20. Morrell MJ, Guidice L, Flynn KL, et al. Predictors of ovulatory failure in women with epilepsy. Ann Neurol. 2002;52(6):704–711.
  21. Drislane FW, Coleman AE, Schomer DL, et al. Altered pulsatile secretion of luteinizing hormone in women with epilepsy. Neurology. 1994;44:306–10.
  22. Isojärvi JI, Laatikainen TJ, Pakarinen AJ, et al. Polycystic ovaries and hyperandrogenism in women taking valproate for epilepsy. N Engl J Med. 1993;329:1283-1388.
  23. Betts T, Yarrow H, Dutton N et al. A study of anticonvulsant medication on ovarian function in a group of women with epilepsy who have only ever taken one anticonvulsant compared with a group of women without epilepsy. Seizure. 2003; 12:323-329.
  24. Bauer J. Epilepsie, Schwangerschaft und Sexualität. Darmstadt, Germany: Steinkopff; 2005.
  25. Doose DR. al. Effect of topiramate or carbamazepine on the pharmacokinetics of an oral contraceptive containing norethindrone and ethinyl estradiol in healthy obese and nonobese female subjects. Epilepsia. 2003;44:540-549.
  26. Harden CL, Leppik I. Optimizing therapy of seizures in women who use oral contraceptives. Neurology. 2006; 26(suppl 4):S56-S58.
  27. Pregnancy, epilepsy, and AEDs – Steinhoff Dialogues in Clinical Neuroscience – 2008. Vol 10 . No. 1 .
  28. Sabers A, Öhmann I, Christensen J, Tomson T. Oral contraceptives reduce lamotrigine plasma levels. Neurology. 2003;61:570-571.
  29. Sidhu J, Job S, Singh S, Philipson R. The pharmacokinetic and pharmacodynamic consequences of the coadministration of lamotrigine and a combined oral contraceptive in healthy female patients. Br J Clin Pharmacol. 2006;61:191-199.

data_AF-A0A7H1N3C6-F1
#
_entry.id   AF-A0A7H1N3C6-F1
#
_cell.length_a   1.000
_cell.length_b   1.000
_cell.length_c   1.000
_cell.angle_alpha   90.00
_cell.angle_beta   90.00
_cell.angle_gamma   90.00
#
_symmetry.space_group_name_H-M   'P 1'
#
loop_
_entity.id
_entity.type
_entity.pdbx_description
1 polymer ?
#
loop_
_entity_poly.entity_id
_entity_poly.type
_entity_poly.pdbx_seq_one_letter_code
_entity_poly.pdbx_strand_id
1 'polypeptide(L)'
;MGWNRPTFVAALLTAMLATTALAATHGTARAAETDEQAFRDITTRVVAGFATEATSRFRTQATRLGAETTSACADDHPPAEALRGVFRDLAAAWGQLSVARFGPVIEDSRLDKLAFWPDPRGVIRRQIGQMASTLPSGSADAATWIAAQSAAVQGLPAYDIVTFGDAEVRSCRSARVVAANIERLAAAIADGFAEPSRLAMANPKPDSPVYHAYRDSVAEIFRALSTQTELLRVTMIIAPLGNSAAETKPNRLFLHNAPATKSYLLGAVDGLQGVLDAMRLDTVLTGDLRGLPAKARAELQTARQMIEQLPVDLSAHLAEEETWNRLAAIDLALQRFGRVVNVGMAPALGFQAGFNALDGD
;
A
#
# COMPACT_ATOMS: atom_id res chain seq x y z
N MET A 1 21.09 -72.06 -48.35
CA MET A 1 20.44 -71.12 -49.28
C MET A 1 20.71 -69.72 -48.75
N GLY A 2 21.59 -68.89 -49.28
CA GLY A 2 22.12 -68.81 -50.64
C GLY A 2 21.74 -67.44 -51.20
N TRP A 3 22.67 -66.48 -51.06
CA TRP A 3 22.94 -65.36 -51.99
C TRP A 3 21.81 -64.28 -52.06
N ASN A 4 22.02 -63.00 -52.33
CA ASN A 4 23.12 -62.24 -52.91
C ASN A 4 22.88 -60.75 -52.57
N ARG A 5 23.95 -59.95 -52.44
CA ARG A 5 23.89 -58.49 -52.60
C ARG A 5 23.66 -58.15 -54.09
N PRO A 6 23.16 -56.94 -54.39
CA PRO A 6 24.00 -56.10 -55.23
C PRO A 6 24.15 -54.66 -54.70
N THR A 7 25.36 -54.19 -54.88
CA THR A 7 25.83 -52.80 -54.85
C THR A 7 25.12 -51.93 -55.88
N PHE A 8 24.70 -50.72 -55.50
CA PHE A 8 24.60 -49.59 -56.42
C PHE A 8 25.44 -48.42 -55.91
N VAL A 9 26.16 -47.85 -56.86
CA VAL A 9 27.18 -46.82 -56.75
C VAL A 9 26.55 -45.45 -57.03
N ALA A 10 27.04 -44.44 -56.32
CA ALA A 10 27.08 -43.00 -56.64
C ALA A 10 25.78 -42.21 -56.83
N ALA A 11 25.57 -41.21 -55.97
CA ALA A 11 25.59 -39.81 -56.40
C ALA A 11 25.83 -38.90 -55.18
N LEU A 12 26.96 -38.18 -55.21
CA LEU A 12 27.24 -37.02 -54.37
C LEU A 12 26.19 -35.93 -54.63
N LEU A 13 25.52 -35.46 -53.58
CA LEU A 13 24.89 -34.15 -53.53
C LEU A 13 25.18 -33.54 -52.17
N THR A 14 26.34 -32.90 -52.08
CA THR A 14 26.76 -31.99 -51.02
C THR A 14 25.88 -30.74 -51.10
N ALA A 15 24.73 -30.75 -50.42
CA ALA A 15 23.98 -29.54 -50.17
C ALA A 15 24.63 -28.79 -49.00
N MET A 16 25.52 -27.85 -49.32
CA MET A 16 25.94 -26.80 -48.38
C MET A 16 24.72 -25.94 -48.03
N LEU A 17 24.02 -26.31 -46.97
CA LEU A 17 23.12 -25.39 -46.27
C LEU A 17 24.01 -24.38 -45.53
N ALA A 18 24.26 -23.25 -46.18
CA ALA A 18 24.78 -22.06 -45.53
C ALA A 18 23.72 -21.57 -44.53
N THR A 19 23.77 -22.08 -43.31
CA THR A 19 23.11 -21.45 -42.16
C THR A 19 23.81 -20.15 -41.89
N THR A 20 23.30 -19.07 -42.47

30. 30. Christensen J, Petrenaite V, Atterman J, et al. Oral contraceptives induce lamotrigine metabolism: evidence from a double-blind, placebo-controlled trial. Epilepsia. 2007;48:484-489.
  31. O’Brien MD, Guillebaud J: Contraception for women with epilepsy. Epilepsia 2006; 47: 1419–22.
  32. Schwenkhagen AM, Stodieck SR: Which contraception for women with epilepsy. Seizure 2008; 17: 145–50.
  33. Yerby MS. Quality of life, epilepsy advances, and the evolving role of anticonvulsants in women with epilepsy. Neurology 2000;55:S21–S31.
  34. Sokić D, Janković S, Vojvodić N, Neurološka zdravstvena zaštita žena sa epilepsijom u trudnoći Trudnoća i epilepsija, 2002.
  35. Mawera G, M, Briggsa G.A, Bakerb R. and al. Pregnancy with epilepsy: obstetric and neonatal outcome of a controlled study; Seizure. 2010; 19(2): 112–119.
  36. Bell GS, Nashef L, Kendall S. et al.Information recalled by women taking antiepilpeptic drugs for epilepsy: a questionnaire study. Epilepsy Res. 2002;52, 139-146.